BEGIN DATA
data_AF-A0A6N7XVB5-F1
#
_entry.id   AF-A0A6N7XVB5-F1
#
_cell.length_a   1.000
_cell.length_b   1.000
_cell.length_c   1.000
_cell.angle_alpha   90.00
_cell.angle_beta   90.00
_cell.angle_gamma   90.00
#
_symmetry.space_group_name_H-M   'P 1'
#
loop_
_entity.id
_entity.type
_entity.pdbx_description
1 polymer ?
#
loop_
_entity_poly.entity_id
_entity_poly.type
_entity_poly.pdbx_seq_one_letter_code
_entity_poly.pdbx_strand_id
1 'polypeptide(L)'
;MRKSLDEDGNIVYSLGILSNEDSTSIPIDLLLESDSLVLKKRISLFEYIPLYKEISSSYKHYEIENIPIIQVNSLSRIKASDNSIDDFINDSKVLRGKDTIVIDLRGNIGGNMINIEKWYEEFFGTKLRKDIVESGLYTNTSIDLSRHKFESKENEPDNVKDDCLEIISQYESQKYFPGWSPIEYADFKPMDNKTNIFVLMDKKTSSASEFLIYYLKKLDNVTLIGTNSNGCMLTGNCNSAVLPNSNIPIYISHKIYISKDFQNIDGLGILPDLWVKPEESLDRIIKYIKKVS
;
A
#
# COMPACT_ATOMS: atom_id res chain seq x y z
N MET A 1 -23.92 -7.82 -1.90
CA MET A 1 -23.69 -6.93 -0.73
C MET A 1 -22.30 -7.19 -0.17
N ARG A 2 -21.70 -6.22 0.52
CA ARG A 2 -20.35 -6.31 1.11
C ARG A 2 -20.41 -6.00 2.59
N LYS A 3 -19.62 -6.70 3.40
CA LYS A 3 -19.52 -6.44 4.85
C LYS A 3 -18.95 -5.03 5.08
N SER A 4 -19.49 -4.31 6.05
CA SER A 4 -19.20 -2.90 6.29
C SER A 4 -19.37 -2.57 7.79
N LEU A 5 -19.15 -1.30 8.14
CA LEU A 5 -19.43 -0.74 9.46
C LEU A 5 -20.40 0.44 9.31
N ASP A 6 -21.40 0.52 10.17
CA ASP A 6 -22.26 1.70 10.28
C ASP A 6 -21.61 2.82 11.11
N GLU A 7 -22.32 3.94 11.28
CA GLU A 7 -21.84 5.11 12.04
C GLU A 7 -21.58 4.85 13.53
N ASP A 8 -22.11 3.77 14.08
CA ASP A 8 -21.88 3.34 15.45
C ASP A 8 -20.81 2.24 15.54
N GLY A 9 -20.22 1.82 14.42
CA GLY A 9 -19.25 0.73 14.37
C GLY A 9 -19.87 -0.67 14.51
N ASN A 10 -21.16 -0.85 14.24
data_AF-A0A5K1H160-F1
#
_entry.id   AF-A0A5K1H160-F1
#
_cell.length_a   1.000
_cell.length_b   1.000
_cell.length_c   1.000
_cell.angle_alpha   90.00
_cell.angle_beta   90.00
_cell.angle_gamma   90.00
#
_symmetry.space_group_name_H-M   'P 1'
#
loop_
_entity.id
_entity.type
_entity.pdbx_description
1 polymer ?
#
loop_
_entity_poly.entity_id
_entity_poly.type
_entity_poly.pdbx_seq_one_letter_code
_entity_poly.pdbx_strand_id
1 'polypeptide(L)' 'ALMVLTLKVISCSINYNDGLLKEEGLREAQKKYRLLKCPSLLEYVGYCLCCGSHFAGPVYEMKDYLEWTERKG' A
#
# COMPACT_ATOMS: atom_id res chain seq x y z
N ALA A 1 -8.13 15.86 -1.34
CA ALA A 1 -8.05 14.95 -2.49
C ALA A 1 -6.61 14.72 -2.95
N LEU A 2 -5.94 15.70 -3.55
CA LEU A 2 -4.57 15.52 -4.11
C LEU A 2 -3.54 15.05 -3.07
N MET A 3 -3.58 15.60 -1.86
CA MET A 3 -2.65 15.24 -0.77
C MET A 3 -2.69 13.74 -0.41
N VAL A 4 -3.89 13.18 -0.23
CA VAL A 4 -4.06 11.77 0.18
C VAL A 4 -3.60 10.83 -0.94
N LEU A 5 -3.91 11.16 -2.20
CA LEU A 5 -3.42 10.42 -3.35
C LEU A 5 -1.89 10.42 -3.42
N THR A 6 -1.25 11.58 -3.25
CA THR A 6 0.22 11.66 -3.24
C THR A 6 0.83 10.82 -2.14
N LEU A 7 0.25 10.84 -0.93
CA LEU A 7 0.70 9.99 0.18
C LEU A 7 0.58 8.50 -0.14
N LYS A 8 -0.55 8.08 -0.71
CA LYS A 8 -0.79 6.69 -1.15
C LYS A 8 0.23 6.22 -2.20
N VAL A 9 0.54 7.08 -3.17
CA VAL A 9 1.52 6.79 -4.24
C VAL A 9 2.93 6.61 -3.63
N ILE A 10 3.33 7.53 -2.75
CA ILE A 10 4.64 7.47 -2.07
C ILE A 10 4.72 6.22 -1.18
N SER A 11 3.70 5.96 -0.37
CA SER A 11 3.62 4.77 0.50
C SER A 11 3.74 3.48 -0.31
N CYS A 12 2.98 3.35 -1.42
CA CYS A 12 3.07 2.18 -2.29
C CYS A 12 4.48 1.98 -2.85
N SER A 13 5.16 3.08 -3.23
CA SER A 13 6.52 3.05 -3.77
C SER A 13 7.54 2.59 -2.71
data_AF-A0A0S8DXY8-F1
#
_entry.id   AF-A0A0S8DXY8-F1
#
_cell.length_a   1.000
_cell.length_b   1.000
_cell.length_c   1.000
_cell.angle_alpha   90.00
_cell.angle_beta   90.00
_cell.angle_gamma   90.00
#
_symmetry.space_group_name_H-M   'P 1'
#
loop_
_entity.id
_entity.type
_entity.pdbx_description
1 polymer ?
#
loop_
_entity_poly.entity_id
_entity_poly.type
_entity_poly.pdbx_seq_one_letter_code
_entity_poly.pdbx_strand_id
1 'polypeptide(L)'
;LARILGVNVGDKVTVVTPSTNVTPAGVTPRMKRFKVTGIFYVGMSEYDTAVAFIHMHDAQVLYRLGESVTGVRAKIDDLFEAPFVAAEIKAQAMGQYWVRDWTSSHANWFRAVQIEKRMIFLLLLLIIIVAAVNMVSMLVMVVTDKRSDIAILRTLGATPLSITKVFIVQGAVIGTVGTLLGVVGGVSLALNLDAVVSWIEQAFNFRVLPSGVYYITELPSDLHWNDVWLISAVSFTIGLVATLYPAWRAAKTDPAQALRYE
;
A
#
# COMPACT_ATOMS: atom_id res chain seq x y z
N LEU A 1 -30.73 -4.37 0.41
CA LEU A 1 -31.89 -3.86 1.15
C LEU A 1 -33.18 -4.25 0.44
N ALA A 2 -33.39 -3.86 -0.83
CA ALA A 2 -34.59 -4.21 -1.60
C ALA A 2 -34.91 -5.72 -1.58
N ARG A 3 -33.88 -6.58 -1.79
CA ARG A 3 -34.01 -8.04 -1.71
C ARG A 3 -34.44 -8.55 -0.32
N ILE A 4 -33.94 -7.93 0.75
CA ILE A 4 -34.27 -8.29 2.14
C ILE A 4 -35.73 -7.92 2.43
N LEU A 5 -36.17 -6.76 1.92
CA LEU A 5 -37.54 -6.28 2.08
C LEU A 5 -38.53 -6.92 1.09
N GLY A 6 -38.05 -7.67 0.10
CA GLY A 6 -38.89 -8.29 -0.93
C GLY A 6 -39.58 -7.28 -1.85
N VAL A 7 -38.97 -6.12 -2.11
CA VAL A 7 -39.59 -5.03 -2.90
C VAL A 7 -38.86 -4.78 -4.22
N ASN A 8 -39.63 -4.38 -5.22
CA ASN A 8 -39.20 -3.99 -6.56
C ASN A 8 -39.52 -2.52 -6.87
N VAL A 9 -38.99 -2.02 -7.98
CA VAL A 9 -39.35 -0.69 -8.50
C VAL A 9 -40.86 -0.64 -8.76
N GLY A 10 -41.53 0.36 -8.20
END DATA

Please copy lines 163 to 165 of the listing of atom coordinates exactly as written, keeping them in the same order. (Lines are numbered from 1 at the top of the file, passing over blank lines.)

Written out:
C ARG A 3 -34.44 -8.55 -0.32
N ILE A 4 -33.94 -7.93 0.75
CA ILE A 4 -34.27 -8.29 2.14